Friday, May 22, 2009
The Drozd Effect
Ten years ago this week, The Flaming Lips released one of the greatest albums ever recorded - The Soft Bulletin. If you are somewhat new to the Lips' music, it may be hard to comprehend just how amazing this album sounded upon its release back in 1999 and why its beauty has a lot to do with addition and subtraction.
The Flaming Lips' journey began way back in 1983 in Oklahoma City, Oklahoma, and the only original members remaining are lead singer and guitarist, Wayne Coyne, and bassist, Michael Ivins, who both admit to not being very good musicians. The band went through several lineup changes, but the most notable would occur in 1991 when a talented multi-instrumentalist by the name of Steven Drozd would replace Nathan Roberts on drums. In 1996, guitarist, Ronald Jones, would quit the band because of Drozd's increasing heroin addiction, thus paving the way for Drozd becoming more influential in the Flaming Lips' sound.
The first album with the "Drozd effect" would be the psychedelic classic - Zaireeka - though few people would hear it as it was a four-disc box set meant to be played simultaneously on four separate cd players. However, on May 17, 1999, the "Drozd effect" would turn heads with the release of The Soft Bulletin - an album whose sound was a complete departure from the Flaming Lips' previous "acid-rock" output. The Soft Bulletin came out of left field and it's the defining moment in their 26-year career where a really good band suddenly became great.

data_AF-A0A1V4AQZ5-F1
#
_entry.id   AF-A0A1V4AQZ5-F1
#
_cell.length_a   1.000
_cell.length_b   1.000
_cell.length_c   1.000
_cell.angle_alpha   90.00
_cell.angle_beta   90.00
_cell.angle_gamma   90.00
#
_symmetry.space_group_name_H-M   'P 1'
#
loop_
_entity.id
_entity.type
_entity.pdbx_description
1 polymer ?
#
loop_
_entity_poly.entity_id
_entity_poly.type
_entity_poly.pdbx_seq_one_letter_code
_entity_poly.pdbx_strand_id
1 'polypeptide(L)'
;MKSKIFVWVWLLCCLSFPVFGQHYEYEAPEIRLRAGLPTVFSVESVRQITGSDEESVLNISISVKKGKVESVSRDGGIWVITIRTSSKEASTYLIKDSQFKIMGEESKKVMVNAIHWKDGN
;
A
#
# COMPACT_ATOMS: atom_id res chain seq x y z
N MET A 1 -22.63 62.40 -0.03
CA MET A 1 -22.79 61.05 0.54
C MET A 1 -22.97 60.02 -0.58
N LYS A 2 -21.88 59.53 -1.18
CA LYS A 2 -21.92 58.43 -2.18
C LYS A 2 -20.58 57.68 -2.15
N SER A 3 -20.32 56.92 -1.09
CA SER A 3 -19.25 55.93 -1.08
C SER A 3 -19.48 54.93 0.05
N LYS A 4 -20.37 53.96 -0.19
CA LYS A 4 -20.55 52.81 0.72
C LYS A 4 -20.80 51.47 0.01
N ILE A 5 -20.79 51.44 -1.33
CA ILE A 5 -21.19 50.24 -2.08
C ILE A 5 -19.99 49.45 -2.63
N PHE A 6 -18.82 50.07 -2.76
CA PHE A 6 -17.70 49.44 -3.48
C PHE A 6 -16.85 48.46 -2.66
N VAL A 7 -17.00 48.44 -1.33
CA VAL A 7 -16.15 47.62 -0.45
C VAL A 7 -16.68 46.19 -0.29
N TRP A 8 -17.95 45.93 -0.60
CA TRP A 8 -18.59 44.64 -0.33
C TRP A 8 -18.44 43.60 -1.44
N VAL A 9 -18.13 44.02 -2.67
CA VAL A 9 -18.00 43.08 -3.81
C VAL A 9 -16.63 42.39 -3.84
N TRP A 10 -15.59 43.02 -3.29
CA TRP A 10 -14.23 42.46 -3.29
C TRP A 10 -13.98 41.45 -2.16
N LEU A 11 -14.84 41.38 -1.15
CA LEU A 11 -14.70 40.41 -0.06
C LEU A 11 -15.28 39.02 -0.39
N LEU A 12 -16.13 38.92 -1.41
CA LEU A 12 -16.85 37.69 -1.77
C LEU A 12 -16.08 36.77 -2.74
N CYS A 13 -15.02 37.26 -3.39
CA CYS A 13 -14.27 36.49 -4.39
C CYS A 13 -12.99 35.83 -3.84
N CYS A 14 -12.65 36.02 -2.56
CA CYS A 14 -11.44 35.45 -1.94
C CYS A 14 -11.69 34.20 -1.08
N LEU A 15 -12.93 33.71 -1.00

For many, the Flaming Lips are defined by the eccentric, down-to-earth frontman - Wayne Coyne - a man, I might add, who can often be found inside of a plastic bubble tumbling over a live audience much to the delight of his fans. However, if you listen to the Flaming Lips' entire discography, it's apparent that the band is defined by the pre-Steven Drozd era and the post-Steven Drozd era and it doesn't take a rocket scientist to figure out which is the best.